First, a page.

How do you overcome human programming that make us willing to deny the facts when they go in the face of how we think about ourselves or the group we belong to?

My hope was, as David Truss expresses, that we would be able to live up to “…the idea that we continue to learn and reformulate our theories and make them better.”

But we know that’s not always going to happen. What we know, our ability to evaluate evidence is more than simple intellectual exercise.

As Rauch points out in his book, citing Cailin O’Connor and James Owen Weatherall, we must recognize that cognition is a group process:

“Our ability to successfully evaluate evidence and form true beliefs has as much to do with our social conditions as our individual psychology.”

Clearly, more is needed.

Revisiting Bacon

In The Constitution of Knowledge, Rauch does a spectacular job of summarizing history of how a constitution of knowledge was created.

One of the citations is Sir Francis Bacon:

Knowledge comes not from what truth seekers believe, but what they do: Make observations and perform experiments which eliminate wrong answers and point us toward right ones.

Using this method, we can overcome the inherent flaws of our senses and cognition (Idols of the Tribe), the limits of our individual experiences and parochial viewpoints (Idols of the Cave), and the errors of received dogmas and superstitions (Idols of the Theatre).

This is powerful stuff. To summarize:

Knowledge doesn’t come from what people think, but from what they do. They watch, try things out, and learn which answers don’t work and which ones do. This way, we can get past our natural mistakes and limits, and the wrong ideas we’ve been taught.

In his blog entry, David describes the issue of confirmation bias…that we look for facts that support our perspective, discarding the ones that don’t fit. Instead, we need to find ways to prove our hypothesis of how things work, wrong. What is the error in our thinking?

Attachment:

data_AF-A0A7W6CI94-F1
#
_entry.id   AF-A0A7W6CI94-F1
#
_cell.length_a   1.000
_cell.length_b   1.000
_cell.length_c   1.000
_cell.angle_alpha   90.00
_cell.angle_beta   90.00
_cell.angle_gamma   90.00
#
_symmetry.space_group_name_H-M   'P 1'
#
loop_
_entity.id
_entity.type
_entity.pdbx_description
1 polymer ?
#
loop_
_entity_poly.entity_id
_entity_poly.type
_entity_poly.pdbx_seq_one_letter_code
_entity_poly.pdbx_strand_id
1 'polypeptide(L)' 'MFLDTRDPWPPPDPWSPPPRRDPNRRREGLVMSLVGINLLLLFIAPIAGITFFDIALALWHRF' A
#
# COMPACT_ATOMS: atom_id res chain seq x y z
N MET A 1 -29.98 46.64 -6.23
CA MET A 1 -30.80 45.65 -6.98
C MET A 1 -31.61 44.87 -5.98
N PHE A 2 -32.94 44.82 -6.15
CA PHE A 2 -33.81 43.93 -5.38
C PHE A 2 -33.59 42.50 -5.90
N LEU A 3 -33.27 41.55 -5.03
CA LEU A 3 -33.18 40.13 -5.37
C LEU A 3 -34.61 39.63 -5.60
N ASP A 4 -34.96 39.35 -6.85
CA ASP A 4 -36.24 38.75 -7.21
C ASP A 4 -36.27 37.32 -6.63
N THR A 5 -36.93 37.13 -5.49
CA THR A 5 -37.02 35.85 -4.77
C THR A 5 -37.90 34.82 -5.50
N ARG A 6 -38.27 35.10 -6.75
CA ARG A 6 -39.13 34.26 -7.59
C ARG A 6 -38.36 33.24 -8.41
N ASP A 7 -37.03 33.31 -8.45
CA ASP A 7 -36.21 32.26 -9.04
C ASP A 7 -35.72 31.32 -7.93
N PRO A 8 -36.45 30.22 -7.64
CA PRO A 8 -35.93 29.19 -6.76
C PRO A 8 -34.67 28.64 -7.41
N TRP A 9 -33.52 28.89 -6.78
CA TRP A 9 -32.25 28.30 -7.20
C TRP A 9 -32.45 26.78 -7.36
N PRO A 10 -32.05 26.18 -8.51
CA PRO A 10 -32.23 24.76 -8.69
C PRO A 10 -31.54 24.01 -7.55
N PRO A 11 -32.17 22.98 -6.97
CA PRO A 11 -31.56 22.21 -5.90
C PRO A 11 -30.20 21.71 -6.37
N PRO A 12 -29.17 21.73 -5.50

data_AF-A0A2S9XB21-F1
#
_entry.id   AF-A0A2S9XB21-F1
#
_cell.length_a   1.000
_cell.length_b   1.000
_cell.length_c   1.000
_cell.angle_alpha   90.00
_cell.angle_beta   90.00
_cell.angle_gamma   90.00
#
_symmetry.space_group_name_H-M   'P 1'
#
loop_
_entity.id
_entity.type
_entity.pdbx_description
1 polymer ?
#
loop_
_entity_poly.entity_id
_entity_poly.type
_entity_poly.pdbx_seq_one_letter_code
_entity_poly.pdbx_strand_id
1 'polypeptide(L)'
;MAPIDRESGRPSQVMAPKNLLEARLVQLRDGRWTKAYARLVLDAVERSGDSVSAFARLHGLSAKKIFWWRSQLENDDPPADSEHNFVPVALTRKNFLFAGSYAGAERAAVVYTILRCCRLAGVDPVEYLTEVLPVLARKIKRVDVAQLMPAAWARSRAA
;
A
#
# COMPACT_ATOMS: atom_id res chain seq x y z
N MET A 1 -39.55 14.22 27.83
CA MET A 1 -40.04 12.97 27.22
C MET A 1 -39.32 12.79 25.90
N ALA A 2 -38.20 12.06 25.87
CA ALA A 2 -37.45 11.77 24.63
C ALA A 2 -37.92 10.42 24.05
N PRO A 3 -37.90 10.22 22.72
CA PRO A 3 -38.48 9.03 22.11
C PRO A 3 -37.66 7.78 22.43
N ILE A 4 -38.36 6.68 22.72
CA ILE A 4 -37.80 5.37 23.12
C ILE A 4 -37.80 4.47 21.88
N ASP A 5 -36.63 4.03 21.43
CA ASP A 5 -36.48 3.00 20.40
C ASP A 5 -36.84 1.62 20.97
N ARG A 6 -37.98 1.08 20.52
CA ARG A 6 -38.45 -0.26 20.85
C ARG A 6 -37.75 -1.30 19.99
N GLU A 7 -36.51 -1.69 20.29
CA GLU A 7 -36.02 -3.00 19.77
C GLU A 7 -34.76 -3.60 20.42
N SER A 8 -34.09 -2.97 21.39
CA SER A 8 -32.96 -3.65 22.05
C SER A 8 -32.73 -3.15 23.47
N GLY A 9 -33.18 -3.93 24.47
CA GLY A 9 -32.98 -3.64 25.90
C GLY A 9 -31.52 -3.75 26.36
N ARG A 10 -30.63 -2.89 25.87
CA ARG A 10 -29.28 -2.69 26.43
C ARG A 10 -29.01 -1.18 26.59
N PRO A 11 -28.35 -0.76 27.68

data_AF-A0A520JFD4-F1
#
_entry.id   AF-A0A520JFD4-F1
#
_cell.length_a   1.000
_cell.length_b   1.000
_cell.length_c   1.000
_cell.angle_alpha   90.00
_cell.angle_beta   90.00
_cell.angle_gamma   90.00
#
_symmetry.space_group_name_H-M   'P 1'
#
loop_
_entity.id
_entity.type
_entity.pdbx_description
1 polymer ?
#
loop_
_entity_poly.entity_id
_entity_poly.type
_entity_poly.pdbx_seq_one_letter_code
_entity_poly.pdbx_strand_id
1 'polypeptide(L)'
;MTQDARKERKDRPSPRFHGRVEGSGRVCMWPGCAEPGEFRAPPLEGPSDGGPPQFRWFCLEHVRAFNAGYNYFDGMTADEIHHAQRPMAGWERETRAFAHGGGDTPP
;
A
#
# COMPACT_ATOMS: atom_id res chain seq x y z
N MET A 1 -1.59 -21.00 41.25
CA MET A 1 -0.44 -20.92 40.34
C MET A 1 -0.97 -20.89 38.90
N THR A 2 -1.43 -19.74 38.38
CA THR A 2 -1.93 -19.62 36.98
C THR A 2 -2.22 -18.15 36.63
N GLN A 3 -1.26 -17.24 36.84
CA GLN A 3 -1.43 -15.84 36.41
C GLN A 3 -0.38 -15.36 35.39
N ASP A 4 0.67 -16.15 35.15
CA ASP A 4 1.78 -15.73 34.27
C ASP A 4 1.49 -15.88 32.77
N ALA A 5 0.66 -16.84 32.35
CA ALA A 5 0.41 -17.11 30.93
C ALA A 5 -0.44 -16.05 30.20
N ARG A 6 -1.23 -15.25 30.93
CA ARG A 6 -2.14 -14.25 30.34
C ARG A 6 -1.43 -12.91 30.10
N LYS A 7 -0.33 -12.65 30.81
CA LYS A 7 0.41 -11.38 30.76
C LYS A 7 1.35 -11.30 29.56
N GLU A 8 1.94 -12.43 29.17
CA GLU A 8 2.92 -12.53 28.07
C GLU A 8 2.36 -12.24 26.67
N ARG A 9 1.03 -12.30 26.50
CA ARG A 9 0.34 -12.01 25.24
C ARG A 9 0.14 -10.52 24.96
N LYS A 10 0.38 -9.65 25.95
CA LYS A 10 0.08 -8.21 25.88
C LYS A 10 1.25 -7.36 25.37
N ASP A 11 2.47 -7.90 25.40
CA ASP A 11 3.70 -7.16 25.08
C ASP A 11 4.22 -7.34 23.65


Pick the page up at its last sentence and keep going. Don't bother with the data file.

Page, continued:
We need to be willing to be people who are willing, as Charles Sanders Peirce says (as cited in Rauch’s book), “…at all times to dump [their] whole cartload of beliefs the moment experience is against them.”

Given how much we invest into our beliefs as children, it is hard to do.

Knowledge and Truth Are Public

“Knowledge can be made only when it can be validated by others. Unless truth be recognized as public, as that of which any person would come to be convinced if he carried his inquiry,” is a tough excerpt from a quote by Rauch.

Without community, you can believe whatever you want. It’s not until you drag your truth into the commons that others can test it to see if it is true.

That is the process Bacon appears to have identified…making observations and then testing and experimenting.

Those who do will never be 100% certain of the truth, but the increasing evidence and scientific consensus (based on individual experiments by others) can shift you from a hypothesis to a widely accepted theory.

Another Think Coming

As David points out in a follow-up blog entry, dumping your beliefs in light of new evidence requires courage:

It always surprises me the that changing of one’s opinion is seen as weak. To me it’s a sign of strength.

Openly admitting that you’ve changed your mind based on new evidence is a superpower. Source: David Truss, Changing Our Opinions

We all have another think coming, don’t we?